If N{\displaystyle N} has a Poisson distribution, then E⁡(N)=Var⁡(N){\displaystyle \operatorname {E} (N)=\operatorname {Var} (N)} with estimator N=n{\displaystyle N=n}. Hence the estimator of Var⁡(T){\displaystyle \operatorname {Var} (T)} becomes nSX2+nX¯2{\displaystyle nS_{X}^{2}+n{\bar {X}}^{2}}, leading the following formula for standard error:

Standard Error⁡(X¯)=SX2+X¯2n{\displaystyle \operatorname {Standard~Error} ({\bar {X}})={\sqrt {\frac {S_{X}^{2}+{\bar {X}}^{2}}{n}}}}

(since the standard deviation is the square root of the variance)

## Student approximation when σ value is unknown

Further information: Student’s t-distribution § Confidence intervals

In many practical applications, the true value of σ is unknown. As a result, we need to use a distribution that takes into account that spread of possible σ’s.
When the true underlying distribution is known to be Gaussian, although with unknown σ, then the resulting estimated distribution follows the Student t-distribution. The standard error is the standard deviation of the Student t-distribution. T-distributions are slightly different from Gaussian, and vary depending on the size of the sample. Small samples are somewhat more likely to underestimate the population standard deviation and have a mean that differs from the true population mean, and the Student t-distribution accounts for the probability of these events with somewhat heavier tails compared to a Gaussian. To estimate the standard error of a Student t-distribution it is sufficient to use the sample standard deviation “s” instead of σ, and we could use this value to calculate confidence intervals.

Note: The Student’s probability distribution is approximated well by the Gaussian distribution when the sample size is over 100. For such samples one can use the latter distribution, which is much simpler.

## Assumptions and usage

Further information: Confidence interval

An example of how SE{\displaystyle \operatorname {SE} } is used, is to make confidence intervals of the unknown population mean. If the sampling distribution is normally distributed, the sample mean, the standard error, and the quantiles of the normal distribution can be used to calculate confidence intervals for the true population mean. The following expressions can be used to calculate the upper and lower 95% confidence limits, where x¯{\displaystyle {\bar {x}}} is equal to the sample mean, SE{\displaystyle \operatorname {SE} } is equal to the standard error for the sample mean, and 1.96 is the approximate value of the 97.5 percentile point of the normal distribution:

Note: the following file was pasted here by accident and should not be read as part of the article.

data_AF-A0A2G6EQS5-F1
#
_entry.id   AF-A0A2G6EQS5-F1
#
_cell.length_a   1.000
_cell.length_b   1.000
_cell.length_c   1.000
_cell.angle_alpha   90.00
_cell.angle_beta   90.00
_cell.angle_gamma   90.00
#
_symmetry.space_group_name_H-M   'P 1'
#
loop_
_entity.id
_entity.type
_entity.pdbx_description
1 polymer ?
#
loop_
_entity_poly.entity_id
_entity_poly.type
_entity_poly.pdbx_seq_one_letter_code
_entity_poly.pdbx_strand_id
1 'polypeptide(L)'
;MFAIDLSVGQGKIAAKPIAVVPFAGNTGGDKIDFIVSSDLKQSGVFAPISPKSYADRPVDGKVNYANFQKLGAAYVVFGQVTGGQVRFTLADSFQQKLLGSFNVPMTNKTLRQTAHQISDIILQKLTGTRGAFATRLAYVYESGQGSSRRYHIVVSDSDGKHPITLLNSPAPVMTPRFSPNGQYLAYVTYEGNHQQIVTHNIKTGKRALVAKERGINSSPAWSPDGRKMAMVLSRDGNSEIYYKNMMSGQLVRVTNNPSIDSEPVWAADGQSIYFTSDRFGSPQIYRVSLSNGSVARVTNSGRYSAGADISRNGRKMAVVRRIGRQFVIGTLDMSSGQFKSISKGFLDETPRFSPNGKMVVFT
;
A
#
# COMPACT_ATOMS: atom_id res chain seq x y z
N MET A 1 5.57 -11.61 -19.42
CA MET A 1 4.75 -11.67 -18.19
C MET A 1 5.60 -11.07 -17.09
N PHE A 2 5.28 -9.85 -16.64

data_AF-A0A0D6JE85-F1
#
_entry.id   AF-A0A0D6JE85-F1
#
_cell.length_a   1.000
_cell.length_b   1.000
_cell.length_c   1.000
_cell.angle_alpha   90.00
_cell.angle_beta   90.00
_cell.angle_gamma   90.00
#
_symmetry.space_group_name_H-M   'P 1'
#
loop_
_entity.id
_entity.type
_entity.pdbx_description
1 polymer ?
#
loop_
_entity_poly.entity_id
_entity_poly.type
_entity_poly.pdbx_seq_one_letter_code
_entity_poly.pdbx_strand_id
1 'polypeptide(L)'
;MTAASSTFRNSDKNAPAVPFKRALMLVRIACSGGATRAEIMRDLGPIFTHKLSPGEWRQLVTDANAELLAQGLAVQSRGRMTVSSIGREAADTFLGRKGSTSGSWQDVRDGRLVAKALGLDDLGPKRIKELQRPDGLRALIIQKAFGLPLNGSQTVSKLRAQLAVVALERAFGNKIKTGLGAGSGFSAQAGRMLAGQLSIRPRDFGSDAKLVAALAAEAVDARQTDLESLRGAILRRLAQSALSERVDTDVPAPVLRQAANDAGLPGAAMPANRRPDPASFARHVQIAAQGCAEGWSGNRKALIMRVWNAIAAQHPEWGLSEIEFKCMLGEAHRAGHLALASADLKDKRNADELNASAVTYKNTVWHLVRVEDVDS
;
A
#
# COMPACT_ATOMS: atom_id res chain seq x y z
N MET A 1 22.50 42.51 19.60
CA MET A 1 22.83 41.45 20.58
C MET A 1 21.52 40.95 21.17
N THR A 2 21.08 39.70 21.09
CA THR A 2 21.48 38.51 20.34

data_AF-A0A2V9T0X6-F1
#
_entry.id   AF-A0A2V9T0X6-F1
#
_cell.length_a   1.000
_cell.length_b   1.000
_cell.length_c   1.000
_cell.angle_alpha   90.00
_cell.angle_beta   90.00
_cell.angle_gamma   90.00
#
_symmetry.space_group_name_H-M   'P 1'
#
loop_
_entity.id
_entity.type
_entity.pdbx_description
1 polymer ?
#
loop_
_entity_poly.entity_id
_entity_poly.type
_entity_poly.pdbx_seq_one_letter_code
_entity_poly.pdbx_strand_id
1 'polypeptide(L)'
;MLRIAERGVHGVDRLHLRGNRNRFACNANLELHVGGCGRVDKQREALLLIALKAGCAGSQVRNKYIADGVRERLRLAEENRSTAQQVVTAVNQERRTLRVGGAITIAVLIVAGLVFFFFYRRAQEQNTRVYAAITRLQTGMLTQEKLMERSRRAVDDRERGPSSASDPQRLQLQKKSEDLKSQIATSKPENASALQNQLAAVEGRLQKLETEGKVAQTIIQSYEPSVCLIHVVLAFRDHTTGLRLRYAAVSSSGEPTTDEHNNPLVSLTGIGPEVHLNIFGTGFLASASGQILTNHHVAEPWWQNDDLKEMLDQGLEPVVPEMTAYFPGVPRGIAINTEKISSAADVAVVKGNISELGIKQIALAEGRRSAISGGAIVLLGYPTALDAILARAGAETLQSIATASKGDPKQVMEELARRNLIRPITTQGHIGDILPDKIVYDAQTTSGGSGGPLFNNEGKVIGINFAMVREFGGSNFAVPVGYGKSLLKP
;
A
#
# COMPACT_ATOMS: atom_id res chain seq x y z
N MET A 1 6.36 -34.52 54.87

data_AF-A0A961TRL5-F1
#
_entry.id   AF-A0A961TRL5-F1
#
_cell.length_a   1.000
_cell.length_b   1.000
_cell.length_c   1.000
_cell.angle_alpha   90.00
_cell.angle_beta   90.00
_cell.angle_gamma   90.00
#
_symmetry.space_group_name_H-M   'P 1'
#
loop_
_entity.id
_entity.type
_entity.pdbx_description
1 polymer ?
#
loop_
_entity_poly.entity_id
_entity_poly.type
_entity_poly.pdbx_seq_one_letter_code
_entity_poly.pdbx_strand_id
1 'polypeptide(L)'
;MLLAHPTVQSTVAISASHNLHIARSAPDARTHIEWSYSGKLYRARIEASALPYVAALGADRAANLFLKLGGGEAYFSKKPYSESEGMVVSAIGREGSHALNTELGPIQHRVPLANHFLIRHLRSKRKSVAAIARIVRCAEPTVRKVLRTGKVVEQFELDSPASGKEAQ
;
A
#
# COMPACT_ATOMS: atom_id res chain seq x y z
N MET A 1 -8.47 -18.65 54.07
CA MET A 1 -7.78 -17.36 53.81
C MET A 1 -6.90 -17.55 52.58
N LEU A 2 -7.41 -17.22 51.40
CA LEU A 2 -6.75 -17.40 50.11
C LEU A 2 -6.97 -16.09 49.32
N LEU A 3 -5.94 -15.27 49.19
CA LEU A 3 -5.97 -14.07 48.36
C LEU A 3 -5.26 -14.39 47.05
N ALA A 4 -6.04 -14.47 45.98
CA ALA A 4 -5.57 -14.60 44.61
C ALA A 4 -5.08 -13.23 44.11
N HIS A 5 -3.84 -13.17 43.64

Upper 95% limit =x¯+(SE×1.96),{\displaystyle ={\bar {x}}+(\operatorname {SE} \times 1.96),} and
Lower 95% limit =x¯−(SE×1.96).{\displaystyle ={\bar {x}}-(\operatorname {SE} \times 1.96).}

In particular, the standard error of a sample statistic (such as sample mean) is the actual or estimated standard deviation of the sample mean in the process by which it was generated. In other words, it is the actual or estimated standard deviation of the sampling distribution of the sample statistic. The notation for standard error can be any one of SE, SEM (for standard error of measurement or mean), or SE.

Standard errors provide simple measures of uncertainty in a value and are often used because:

in many cases, if the standard error of several individual quantities is known then the standard error of some function of the quantities can be easily calculated;
when the probability distribution of the value is known, it can be used to calculate an exact confidence interval;
when the probability distribution is unknown, Chebyshev’s or the Vysochanskiï–Petunin inequalities can be used to calculate a conservative confidence interval; and
as the sample size tends to infinity the central limit theorem guarantees that the sampling distribution of the mean is asymptotically normal.Standard error of mean versus standard deviation

In scientific and technical literature, experimental data are often summarized either using the mean and standard deviation of the sample data or the mean with the standard error. This often leads to confusion about their interchangeability. However, the mean and standard deviation are descriptive statistics, whereas the standard error of the mean is descriptive of the random sampling process. The standard deviation of the sample data is a description of the variation in measurements, while the standard error of the mean is a probabilistic statement about how the sample size will provide a better bound on estimates of the population mean, in light of the central limit theorem.[8]